Review: The Book of Unknown Americans by Cristina Henríquez

Author: Cristina Henríquez

Published: 6/3/2014

Rating: 4.5 STARS

Fiction | 286 pages | Published by Knopf


Mini Review: A remarkable story that swept me off my feet. A story rooted in authenticity that is simultaneously heartbreaking and hopeful.


At the heart of The Book of Unknown Americans are the Riveras, who managed to secure work Visas after their 15-year-old daughter, Maribel, suffered a traumatic brain injury in Mexico. With legal authorization to work in the U.S., Arturo and Alma Rivera move to Delaware to be near a special-needs school that they hope will help restore their daughter to the lively teenager she once was. In that small, cold, and bleak city in Delaware, the Riveras hope to start a new life. Their new apartment may be small and rundown, and Arturo may only work in a damp and dark warehouse picking mushrooms for a living, but at least Maribel will have a better life in America. Or so they think.

The narrative is divided into several different point of view chapters. Alma is clearly the The Book of Unknown Americans by Cristina Henriquezcentral character, but a Panamanian teenager, Mayor, also narrates a large part of the story. Upon seeing Maribel for the first time, Mayor is initially struck by her beauty and becomes enchanted with this young mysterious and stoic girl.  However, the love that will eventually develop between them will be complicated by the reality of Maribel’s condition. In fact, much of the drama will revolve around the complications their relationship will create. 

Interspersed throughout the novel are short chapters that allow the various characters we meet throughout the story to come to life in their own words and lend their voice to the narrative of the immigrant experience.These short chapters are what give the book its name and they provide a rebuttal to anti-immigrant rhetoric that is only intensifying in American. All the narrators are neighbors of the Riveras who live in the same apartment complex and they hail from all over Latin America. Below is a snippet narrated by one such neighbor, Micho Alvarez.

We’re the unknown Americans, the ones no one even wants to know, because they’ve been told they’re supposed to be scared of us and because maybe if they did take the time to get to know us, they might realize that we’re not that bad, maybe even that we’re a lot like them. And who would they hate then?

However, despite how much I enjoyed these chapters, I must admit that some of them felt unnecessary. They were moving and beautifully written as well as entertaining, but they did no progress the plot and often appeared to be sanitized accounts with the aim of providing a palatable story of the “model immigrant.” These characters could have been humanized to better effect by serving more important roles in the actual plot of the novel instead of serving as the content filler it seemed to be at times.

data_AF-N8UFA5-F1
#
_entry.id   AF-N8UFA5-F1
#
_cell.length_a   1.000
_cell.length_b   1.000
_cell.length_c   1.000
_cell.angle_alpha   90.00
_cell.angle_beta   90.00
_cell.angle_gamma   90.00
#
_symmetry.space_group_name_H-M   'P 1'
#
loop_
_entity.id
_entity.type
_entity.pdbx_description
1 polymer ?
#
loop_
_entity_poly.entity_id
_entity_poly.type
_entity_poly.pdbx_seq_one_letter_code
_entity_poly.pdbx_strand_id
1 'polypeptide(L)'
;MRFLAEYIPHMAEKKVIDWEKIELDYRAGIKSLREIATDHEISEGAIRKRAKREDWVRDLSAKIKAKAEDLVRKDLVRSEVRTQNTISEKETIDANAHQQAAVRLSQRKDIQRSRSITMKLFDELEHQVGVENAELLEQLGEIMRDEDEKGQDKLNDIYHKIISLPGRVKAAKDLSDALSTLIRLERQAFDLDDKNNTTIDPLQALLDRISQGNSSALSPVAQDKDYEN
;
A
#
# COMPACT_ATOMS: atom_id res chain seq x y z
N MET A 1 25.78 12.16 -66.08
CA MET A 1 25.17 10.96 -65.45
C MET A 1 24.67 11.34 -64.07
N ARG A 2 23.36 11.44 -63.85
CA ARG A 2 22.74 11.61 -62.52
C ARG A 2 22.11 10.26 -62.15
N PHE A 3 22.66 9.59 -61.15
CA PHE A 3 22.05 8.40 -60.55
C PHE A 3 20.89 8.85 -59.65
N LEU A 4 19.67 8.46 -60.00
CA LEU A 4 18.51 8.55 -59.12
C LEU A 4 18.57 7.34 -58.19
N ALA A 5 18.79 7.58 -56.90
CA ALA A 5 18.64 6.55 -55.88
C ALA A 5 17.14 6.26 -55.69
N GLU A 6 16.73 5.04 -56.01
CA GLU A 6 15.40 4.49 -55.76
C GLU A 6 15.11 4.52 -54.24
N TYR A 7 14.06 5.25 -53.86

In the end, The Book of Unknown Americans receives my strong recommendation. I devoured the story in 3 sittings, which was incredibly fast for a slow reader like myself. I admit that much of my enjoyment came from the familiar subject matter and my ability to closely relate to the immigrant narrative. But that only speaks to the authenticity with which the story was written. 

6 thoughts on “Review: The Book of Unknown Americans by Cristina Henríquez

  1. This sounds excellent, definitely goes on my tbr! I’m definitely curious about the different points of view, have to say I really like the sounds of these characters being given a voice.
    You’ve probably already read this but on the off-chance, let me recommend Ink by Sabrina Vourvoulias. It’s US immigration policy taken to its logical conclusion.

    1. No, I actually haven’t read it. And that’s a wonderful thing because there will always be a new book for me to explore!

      I just read the synopsis of the novel, and it sounds fascinating. For some reason I thought your recommendation may have been nonfiction, but I was happy to learn it was a novel. If a novel is able to make honest points about the future while telling an engaging story at the same time, then I’m sold!

      1. Yay then I’m glad I mentioned it! It’s a dystopia with different povs and I thought it was great. I hope it’ll convince you then 🙂 I found the future imagined all too realistic.

  2. I’ve had my eye on this one since it came out – hopefully I’ll get the chance to read it soon!
    The immigrant theme reminds me of a couple of books you might like by Kim Thuy. Her first is called Ru, and Man is her second. They’re both short and poetic – very beautiful writing.

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